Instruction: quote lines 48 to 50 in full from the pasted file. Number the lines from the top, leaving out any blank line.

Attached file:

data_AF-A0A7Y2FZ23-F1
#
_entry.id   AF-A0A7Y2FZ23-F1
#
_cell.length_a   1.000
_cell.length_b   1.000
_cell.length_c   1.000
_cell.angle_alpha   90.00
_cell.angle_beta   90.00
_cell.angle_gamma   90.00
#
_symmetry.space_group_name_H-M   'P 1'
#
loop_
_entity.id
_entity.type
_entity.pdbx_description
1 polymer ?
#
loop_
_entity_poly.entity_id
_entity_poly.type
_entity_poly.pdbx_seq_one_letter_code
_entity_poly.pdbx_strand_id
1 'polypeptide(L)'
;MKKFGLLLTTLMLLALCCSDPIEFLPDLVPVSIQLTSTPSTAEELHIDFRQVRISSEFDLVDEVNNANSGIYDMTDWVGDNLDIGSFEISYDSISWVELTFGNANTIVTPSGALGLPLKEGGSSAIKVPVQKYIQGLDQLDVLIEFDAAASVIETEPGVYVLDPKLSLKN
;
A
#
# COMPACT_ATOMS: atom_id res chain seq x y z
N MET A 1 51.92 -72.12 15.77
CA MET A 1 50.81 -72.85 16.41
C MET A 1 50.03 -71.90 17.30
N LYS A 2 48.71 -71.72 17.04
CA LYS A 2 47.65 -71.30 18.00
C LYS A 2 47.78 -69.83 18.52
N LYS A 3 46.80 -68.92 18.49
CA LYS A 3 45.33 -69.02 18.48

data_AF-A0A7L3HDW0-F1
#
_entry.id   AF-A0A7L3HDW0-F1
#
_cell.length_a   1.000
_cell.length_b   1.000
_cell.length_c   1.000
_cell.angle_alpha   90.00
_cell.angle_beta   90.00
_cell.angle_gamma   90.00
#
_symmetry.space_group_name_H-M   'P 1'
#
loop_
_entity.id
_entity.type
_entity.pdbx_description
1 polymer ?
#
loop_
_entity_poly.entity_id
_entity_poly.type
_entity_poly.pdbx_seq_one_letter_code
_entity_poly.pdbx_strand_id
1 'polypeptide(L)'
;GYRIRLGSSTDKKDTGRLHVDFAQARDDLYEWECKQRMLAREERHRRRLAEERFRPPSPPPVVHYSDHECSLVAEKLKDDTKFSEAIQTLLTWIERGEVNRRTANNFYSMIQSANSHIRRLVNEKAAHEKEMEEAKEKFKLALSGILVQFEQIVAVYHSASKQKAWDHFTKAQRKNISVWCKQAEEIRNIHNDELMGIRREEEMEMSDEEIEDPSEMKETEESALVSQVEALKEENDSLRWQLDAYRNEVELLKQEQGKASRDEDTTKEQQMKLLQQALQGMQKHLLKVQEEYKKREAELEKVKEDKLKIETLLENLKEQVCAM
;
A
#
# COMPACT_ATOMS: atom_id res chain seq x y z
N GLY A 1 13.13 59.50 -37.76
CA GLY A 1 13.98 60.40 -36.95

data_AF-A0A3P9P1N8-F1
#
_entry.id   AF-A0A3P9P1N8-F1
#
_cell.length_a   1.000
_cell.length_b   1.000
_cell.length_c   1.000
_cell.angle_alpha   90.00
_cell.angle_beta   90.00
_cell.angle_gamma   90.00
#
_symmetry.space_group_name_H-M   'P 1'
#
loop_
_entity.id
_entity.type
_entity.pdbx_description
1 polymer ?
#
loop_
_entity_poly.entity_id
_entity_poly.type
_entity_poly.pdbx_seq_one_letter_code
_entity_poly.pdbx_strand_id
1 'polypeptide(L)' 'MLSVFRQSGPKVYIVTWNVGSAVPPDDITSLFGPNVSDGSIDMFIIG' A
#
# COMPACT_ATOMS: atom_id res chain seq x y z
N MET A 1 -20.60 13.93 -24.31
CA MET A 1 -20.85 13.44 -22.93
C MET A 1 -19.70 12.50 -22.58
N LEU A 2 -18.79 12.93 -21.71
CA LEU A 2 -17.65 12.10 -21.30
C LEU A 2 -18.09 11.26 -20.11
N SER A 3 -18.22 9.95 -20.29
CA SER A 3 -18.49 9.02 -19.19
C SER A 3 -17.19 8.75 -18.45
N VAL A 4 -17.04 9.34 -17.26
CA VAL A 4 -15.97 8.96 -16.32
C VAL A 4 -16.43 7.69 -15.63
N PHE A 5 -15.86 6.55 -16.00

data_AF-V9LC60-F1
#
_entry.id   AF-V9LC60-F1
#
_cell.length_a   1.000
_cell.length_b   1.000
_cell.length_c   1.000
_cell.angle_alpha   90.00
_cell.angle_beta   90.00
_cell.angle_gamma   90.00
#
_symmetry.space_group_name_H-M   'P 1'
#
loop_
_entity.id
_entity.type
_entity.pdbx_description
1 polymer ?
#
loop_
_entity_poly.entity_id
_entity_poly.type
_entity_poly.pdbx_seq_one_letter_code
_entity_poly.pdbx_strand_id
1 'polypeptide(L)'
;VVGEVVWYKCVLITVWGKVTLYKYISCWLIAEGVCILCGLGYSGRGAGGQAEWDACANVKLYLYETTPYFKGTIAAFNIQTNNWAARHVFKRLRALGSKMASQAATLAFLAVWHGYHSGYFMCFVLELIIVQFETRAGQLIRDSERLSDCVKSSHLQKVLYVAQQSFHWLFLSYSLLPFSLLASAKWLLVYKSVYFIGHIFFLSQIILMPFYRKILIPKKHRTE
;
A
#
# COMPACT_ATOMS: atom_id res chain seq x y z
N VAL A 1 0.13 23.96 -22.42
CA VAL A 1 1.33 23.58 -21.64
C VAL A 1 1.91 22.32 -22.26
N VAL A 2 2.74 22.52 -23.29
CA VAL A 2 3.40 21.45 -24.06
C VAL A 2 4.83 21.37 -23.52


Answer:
_cell.angle_gamma   90.00
#
_symmetry.space_group_name_H-M   'P 1'